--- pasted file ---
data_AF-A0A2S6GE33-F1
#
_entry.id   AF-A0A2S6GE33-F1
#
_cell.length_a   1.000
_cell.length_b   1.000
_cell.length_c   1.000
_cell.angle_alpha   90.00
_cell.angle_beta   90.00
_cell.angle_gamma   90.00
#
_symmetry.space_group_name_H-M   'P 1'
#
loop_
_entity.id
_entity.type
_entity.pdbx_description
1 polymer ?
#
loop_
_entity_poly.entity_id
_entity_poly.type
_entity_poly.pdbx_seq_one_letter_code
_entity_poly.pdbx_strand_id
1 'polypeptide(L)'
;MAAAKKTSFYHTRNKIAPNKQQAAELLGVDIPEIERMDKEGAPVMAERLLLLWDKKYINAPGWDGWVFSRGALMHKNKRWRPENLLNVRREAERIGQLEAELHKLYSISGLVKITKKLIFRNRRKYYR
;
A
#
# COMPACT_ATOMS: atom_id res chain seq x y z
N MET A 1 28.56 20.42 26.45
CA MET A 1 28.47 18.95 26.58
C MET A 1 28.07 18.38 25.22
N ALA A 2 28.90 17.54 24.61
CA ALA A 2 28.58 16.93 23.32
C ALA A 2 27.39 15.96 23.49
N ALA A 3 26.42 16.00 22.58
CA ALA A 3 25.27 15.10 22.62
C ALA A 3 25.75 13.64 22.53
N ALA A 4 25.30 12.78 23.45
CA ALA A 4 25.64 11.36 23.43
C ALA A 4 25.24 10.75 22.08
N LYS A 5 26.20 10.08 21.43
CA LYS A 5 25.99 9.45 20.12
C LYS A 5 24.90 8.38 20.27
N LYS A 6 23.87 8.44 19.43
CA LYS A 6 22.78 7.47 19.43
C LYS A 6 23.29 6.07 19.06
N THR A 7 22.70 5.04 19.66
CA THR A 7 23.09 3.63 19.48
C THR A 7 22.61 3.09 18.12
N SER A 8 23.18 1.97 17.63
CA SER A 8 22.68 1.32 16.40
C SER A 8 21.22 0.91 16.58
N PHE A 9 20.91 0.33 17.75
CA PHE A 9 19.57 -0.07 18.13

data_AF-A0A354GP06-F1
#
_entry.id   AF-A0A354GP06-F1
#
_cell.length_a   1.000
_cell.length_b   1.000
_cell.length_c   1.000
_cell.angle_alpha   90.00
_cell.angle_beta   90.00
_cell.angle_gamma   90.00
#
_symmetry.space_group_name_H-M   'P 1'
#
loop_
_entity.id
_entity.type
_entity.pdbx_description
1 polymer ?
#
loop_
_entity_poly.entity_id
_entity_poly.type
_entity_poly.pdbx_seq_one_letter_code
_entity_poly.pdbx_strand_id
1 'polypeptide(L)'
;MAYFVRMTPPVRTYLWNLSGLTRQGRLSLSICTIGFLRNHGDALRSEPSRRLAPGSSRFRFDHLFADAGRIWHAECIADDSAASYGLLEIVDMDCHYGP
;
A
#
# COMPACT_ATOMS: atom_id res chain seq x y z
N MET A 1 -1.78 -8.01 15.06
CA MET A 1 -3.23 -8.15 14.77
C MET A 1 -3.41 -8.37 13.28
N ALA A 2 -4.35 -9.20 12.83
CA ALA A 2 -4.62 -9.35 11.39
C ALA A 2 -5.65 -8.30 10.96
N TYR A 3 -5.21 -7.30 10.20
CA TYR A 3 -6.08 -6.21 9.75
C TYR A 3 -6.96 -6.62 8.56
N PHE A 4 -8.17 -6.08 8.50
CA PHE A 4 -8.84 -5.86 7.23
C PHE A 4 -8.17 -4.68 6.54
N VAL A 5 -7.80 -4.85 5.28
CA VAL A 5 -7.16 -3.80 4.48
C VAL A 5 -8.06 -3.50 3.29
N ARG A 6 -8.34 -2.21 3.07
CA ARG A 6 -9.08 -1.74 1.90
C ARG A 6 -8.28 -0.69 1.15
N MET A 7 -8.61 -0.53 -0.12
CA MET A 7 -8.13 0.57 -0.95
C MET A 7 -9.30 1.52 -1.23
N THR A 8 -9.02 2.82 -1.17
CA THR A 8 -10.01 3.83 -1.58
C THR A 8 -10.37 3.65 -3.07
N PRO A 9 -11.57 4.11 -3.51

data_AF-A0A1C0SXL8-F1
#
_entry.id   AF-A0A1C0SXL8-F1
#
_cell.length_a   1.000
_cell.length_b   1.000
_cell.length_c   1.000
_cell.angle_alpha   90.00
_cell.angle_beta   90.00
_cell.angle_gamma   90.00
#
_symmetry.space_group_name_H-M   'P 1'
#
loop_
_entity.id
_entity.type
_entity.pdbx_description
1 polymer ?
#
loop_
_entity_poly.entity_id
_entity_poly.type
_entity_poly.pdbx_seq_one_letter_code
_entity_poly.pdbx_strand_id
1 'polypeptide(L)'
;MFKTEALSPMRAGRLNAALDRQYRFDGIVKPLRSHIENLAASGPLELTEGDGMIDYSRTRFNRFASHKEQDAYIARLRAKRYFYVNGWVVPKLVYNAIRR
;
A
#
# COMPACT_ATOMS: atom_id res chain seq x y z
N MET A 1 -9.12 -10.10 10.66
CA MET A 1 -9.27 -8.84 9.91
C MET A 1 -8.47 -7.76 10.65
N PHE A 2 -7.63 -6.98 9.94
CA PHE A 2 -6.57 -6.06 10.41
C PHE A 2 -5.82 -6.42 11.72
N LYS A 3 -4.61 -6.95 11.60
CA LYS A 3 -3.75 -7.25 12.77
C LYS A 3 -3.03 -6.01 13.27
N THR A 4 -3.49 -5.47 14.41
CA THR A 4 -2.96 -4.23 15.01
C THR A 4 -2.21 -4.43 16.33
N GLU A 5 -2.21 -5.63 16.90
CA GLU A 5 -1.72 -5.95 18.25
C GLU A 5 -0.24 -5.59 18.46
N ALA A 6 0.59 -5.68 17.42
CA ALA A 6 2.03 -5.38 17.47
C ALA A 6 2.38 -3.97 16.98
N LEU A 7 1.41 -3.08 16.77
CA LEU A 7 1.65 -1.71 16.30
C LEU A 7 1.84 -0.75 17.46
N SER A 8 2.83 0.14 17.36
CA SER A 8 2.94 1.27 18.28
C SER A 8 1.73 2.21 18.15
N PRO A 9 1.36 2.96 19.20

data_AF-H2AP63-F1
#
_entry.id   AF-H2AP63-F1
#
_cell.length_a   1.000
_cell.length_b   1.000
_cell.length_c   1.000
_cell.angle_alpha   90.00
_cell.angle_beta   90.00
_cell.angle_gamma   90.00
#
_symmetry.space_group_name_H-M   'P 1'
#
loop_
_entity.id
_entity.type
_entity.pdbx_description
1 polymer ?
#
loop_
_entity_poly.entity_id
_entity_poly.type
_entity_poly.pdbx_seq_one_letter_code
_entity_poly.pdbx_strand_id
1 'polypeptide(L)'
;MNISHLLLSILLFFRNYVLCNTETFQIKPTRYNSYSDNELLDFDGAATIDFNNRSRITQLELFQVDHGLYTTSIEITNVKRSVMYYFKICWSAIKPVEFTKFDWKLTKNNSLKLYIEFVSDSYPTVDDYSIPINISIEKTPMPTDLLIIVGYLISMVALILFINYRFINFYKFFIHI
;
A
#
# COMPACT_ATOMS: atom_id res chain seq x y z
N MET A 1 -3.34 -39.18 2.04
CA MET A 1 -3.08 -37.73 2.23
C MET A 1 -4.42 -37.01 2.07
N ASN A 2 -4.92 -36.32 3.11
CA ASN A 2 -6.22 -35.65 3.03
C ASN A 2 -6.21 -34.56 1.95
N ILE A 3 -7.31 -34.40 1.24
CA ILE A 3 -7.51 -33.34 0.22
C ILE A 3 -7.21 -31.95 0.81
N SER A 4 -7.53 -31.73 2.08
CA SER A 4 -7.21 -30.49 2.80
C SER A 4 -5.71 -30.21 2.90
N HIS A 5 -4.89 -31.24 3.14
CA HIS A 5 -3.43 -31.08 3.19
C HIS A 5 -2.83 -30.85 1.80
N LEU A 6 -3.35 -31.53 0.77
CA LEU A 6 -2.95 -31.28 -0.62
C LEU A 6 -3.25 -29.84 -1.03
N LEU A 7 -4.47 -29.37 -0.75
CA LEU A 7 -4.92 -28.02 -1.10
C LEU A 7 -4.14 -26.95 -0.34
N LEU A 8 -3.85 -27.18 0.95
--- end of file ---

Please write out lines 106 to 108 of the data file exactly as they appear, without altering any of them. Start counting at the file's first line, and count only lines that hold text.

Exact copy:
CA MET A 7 -8.13 0.57 -0.95
C MET A 7 -9.30 1.52 -1.23
N THR A 8 -9.02 2.82 -1.17